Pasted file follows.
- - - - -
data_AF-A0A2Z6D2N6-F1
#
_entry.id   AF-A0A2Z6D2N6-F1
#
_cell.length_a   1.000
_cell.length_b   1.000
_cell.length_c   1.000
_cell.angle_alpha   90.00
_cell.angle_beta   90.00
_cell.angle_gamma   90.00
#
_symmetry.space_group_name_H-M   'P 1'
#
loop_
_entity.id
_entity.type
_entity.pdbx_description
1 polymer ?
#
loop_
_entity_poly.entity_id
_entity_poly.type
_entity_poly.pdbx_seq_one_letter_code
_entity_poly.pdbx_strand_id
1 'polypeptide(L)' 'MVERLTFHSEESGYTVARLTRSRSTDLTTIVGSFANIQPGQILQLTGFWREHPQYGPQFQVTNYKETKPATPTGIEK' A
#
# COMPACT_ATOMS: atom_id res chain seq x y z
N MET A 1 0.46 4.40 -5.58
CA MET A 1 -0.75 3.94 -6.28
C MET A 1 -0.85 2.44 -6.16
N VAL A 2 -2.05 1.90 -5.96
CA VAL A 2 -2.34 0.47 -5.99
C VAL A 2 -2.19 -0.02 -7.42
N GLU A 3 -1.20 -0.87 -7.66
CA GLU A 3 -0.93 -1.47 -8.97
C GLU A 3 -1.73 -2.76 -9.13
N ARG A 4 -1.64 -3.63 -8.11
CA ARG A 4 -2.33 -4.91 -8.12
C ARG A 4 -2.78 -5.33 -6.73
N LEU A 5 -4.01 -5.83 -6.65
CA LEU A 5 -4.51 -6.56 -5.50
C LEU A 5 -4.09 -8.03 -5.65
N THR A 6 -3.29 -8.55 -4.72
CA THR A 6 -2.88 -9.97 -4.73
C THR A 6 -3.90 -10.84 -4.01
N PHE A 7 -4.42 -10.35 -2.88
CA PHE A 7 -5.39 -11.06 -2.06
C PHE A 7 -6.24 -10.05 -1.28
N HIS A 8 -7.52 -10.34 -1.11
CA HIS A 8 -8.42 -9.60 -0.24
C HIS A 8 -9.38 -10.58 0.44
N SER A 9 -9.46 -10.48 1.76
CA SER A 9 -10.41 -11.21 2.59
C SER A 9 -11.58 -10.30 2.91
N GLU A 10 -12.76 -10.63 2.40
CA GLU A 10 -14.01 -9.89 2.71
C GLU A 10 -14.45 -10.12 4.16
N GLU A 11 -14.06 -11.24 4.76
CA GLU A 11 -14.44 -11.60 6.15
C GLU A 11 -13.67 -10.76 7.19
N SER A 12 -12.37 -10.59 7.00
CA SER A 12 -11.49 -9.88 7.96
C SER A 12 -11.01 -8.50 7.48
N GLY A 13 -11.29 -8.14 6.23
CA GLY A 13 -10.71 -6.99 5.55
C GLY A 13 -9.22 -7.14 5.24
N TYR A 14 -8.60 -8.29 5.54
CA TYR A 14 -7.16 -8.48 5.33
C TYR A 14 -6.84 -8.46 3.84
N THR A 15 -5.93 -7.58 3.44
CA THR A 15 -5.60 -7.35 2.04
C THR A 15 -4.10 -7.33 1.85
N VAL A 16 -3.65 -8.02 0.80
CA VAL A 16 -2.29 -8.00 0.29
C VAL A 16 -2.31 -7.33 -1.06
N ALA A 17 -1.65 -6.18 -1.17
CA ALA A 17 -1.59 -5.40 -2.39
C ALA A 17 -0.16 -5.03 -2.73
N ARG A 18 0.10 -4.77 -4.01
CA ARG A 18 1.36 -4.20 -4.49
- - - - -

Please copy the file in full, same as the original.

data_AF-A0A2Z6D2N6-F1
#
_entry.id   AF-A0A2Z6D2N6-F1
#
_cell.length_a   1.000
_cell.length_b   1.000
_cell.length_c   1.000
_cell.angle_alpha   90.00
_cell.angle_beta   90.00
_cell.angle_gamma   90.00
#
_symmetry.space_group_name_H-M   'P 1'
#
loop_
_entity.id
_entity.type
_entity.pdbx_description
1 polymer ?
#
loop_
_entity_poly.entity_id
_entity_poly.type
_entity_poly.pdbx_seq_one_letter_code
_entity_poly.pdbx_strand_id
1 'polypeptide(L)' 'MVERLTFHSEESGYTVARLTRSRSTDLTTIVGSFANIQPGQILQLTGFWREHPQYGPQFQVTNYKETKPATPTGIEK' A
#
# COMPACT_ATOMS: atom_id res chain seq x y z
N MET A 1 0.46 4.40 -5.58
CA MET A 1 -0.75 3.94 -6.28
C MET A 1 -0.85 2.44 -6.16
N VAL A 2 -2.05 1.90 -5.96
CA VAL A 2 -2.34 0.47 -5.99
C VAL A 2 -2.19 -0.02 -7.42
N GLU A 3 -1.20 -0.87 -7.66
CA GLU A 3 -0.93 -1.47 -8.97
C GLU A 3 -1.73 -2.76 -9.13
N ARG A 4 -1.64 -3.63 -8.11
CA ARG A 4 -2.33 -4.91 -8.12
C ARG A 4 -2.78 -5.33 -6.73
N LEU A 5 -4.01 -5.83 -6.65
CA LEU A 5 -4.51 -6.56 -5.50
C LEU A 5 -4.09 -8.03 -5.65
N THR A 6 -3.29 -8.55 -4.72
CA THR A 6 -2.88 -9.97 -4.73
C THR A 6 -3.90 -10.84 -4.01
N PHE A 7 -4.42 -10.35 -2.88
CA PHE A 7 -5.39 -11.06 -2.06
C PHE A 7 -6.24 -10.05 -1.28
N HIS A 8 -7.52 -10.34 -1.11
CA HIS A 8 -8.42 -9.60 -0.24
C HIS A 8 -9.38 -10.58 0.44
N SER A 9 -9.46 -10.48 1.76
CA SER A 9 -10.41 -11.21 2.59
C SER A 9 -11.58 -10.30 2.91
N GLU A 10 -12.76 -10.63 2.40
CA GLU A 10 -14.01 -9.89 2.71
C GLU A 10 -14.45 -10.12 4.16
N GLU A 11 -14.06 -11.24 4.76
CA GLU A 11 -14.44 -11.60 6.15
C GLU A 11 -13.67 -10.76 7.19
N SER A 12 -12.37 -10.59 7.00
CA SER A 12 -11.49 -9.88 7.96
C SER A 12 -11.01 -8.50 7.48
N GLY A 13 -11.29 -8.14 6.23
CA GLY A 13 -10.71 -6.99 5.55
C GLY A 13 -9.22 -7.14 5.24
N TYR A 14 -8.60 -8.29 5.54
CA TYR A 14 -7.16 -8.48 5.33
C TYR A 14 -6.84 -8.46 3.84
N THR A 15 -5.93 -7.58 3.44
CA THR A 15 -5.60 -7.35 2.04
C THR A 15 -4.10 -7.33 1.85
N VAL A 16 -3.65 -8.02 0.80
CA VAL A 16 -2.29 -8.00 0.29
C VAL A 16 -2.31 -7.33 -1.06
N ALA A 17 -1.65 -6.18 -1.17
CA ALA A 17 -1.59 -5.40 -2.39
C ALA A 17 -0.16 -5.03 -2.73
N ARG A 18 0.10 -4.77 -4.01
CA ARG A 18 1.36 -4.20 -4.49